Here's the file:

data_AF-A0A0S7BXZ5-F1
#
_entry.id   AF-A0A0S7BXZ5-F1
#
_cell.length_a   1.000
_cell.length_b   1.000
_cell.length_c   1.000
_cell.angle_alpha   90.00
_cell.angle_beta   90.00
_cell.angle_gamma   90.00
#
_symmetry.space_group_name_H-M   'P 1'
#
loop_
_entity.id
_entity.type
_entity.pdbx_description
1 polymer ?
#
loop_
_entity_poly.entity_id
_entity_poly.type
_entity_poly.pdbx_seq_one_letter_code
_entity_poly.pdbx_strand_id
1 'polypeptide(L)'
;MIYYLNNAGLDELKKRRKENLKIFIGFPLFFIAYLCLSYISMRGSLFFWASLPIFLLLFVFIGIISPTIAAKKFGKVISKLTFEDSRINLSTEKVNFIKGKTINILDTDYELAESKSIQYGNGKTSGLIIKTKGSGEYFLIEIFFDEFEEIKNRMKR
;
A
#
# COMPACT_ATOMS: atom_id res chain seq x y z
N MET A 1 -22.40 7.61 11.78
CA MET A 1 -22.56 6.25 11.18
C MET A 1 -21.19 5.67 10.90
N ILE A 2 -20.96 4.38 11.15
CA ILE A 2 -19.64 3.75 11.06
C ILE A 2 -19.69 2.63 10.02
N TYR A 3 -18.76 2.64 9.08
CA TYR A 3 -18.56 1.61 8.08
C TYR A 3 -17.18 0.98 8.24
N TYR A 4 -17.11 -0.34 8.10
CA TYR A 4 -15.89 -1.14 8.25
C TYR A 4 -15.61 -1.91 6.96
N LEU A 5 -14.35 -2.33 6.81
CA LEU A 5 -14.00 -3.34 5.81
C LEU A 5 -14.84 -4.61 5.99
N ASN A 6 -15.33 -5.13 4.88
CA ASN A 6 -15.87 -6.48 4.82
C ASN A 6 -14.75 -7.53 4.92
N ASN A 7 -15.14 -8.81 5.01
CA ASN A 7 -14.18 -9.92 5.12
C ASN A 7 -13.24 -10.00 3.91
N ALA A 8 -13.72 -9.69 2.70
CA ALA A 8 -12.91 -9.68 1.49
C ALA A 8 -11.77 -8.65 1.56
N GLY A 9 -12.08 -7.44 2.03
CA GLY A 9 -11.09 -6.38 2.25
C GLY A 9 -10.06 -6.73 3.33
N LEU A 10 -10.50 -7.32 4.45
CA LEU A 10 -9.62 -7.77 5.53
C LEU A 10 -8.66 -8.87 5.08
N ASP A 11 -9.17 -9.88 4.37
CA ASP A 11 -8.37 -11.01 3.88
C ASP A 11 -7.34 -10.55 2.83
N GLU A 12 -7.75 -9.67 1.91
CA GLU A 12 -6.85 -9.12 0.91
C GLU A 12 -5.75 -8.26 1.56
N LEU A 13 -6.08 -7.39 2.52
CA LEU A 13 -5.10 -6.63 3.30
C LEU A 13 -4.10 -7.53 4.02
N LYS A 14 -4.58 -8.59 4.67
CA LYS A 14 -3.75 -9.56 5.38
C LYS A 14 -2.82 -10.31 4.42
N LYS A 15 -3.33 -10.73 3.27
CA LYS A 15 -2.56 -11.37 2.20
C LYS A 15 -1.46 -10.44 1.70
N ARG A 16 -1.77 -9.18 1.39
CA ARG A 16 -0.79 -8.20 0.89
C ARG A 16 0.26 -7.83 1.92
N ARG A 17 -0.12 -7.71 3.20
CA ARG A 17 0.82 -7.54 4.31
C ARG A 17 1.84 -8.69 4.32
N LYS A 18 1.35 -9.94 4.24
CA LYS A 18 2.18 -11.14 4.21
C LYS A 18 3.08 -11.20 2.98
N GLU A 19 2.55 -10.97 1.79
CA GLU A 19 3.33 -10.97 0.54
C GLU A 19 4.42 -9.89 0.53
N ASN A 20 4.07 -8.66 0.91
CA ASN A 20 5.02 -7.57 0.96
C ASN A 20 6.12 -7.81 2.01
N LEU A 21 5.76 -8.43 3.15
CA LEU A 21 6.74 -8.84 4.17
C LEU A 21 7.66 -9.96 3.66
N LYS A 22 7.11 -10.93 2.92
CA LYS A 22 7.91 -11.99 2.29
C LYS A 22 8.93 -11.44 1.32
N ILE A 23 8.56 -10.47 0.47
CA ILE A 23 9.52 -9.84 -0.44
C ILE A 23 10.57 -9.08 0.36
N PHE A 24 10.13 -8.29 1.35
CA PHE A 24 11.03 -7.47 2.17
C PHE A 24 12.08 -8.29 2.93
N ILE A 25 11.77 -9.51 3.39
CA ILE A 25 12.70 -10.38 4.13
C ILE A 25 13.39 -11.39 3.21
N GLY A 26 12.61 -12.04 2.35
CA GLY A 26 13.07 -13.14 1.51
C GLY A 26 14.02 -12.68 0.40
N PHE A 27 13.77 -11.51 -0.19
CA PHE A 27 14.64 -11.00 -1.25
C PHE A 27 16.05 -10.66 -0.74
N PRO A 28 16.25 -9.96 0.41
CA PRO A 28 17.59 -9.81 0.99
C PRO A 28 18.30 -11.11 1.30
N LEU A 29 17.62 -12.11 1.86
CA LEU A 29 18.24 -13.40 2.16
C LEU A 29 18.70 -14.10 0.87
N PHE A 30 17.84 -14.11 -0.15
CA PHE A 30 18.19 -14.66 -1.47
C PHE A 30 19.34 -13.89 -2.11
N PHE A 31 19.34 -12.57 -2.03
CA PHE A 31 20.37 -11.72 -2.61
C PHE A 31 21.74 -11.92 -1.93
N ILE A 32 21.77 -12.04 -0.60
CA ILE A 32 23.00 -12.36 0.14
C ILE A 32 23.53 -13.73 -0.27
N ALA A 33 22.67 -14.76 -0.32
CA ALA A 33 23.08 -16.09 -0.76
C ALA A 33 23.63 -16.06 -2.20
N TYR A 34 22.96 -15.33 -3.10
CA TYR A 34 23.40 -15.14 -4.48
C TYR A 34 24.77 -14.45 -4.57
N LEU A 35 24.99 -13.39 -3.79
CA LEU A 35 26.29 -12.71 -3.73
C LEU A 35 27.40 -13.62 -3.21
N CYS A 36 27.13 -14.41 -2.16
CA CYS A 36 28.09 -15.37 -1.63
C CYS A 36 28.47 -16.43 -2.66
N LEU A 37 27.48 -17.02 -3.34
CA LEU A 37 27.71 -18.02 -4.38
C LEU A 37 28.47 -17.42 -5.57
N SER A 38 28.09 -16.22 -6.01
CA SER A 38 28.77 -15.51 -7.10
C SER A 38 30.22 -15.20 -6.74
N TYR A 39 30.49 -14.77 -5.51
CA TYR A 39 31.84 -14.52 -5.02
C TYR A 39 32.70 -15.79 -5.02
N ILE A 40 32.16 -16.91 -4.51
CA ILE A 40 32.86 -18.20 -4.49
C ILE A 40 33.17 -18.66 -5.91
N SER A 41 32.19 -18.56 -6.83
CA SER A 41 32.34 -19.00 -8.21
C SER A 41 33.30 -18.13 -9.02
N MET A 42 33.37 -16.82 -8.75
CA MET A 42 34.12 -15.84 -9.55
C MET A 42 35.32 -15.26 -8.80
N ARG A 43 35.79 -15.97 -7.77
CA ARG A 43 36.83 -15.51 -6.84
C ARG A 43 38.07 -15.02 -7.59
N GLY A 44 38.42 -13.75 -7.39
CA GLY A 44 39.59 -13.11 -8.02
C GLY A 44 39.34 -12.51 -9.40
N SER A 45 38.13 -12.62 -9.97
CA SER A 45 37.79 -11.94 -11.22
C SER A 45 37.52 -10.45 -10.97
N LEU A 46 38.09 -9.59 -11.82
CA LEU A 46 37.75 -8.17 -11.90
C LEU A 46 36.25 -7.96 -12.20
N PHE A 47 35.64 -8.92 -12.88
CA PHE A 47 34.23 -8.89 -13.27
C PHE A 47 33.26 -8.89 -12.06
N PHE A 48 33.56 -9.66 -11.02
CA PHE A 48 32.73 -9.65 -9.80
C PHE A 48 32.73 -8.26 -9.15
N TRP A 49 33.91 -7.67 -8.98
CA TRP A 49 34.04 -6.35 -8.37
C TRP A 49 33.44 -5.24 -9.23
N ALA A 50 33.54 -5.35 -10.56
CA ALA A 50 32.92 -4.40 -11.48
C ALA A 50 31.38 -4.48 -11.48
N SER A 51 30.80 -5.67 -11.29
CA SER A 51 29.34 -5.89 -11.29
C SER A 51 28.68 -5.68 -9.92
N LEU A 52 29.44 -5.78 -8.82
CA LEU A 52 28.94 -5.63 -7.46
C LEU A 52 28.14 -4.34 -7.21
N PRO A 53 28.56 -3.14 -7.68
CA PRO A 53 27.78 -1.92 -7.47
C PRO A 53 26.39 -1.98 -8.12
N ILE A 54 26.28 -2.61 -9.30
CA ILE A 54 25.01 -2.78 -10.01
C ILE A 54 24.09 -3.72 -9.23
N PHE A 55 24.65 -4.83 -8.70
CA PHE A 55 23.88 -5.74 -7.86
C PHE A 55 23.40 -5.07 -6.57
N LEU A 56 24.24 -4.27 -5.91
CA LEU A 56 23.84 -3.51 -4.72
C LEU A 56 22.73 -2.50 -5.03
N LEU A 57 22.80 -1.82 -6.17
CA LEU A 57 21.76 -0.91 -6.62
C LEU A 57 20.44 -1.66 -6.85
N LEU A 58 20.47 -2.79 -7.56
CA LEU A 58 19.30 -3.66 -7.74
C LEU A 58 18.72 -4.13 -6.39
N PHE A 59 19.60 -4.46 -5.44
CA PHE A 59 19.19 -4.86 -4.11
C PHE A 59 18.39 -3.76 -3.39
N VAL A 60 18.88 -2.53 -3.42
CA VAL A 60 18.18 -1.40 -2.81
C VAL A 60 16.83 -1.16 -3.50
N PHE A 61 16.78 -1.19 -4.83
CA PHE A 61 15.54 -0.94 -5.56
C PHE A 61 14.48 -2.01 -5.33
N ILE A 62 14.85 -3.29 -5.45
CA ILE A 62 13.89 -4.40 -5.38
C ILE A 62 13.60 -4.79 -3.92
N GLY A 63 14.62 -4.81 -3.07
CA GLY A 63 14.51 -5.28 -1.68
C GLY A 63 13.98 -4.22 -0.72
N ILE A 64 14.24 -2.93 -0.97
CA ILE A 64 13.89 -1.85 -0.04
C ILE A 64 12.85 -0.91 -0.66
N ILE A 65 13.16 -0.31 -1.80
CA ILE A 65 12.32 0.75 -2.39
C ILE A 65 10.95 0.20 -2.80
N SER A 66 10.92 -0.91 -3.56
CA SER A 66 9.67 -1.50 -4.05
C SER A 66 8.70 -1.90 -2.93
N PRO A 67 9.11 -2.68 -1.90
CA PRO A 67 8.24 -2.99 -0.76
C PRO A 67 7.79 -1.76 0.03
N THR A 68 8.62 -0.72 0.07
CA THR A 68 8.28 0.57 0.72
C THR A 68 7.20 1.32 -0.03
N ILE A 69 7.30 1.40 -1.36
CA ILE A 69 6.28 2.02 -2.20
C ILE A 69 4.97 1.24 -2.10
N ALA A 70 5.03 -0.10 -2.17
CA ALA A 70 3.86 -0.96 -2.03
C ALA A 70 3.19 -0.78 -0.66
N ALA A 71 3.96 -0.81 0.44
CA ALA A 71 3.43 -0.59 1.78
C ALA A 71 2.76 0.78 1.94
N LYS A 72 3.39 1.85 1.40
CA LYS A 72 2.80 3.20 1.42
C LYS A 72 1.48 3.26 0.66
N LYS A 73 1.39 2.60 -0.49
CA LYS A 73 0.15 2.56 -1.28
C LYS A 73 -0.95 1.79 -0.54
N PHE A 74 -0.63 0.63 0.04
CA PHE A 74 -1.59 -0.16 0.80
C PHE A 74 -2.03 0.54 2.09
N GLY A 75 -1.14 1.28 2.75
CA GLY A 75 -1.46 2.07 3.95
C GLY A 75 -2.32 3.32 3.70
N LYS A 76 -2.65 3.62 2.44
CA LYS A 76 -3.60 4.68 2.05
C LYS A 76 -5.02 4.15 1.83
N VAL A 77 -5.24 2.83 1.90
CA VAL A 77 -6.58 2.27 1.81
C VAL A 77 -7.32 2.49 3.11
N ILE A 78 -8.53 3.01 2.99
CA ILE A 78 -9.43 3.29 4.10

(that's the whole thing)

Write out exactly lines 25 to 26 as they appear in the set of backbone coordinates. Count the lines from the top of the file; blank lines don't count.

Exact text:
1 'polypeptide(L)'
;MIYYLNNAGLDELKKRRKENLKIFIGFPLFFIAYLCLSYISMRGSLFFWASLPIFLLLFVFIGIISPTIAAKKFGKVISKLTFEDSRINLSTEKVNFIKGKTINILDTDYELAESKSIQYGNGKTSGLIIKTKGSGEYFLIEIFFDEFEEIKNRMKR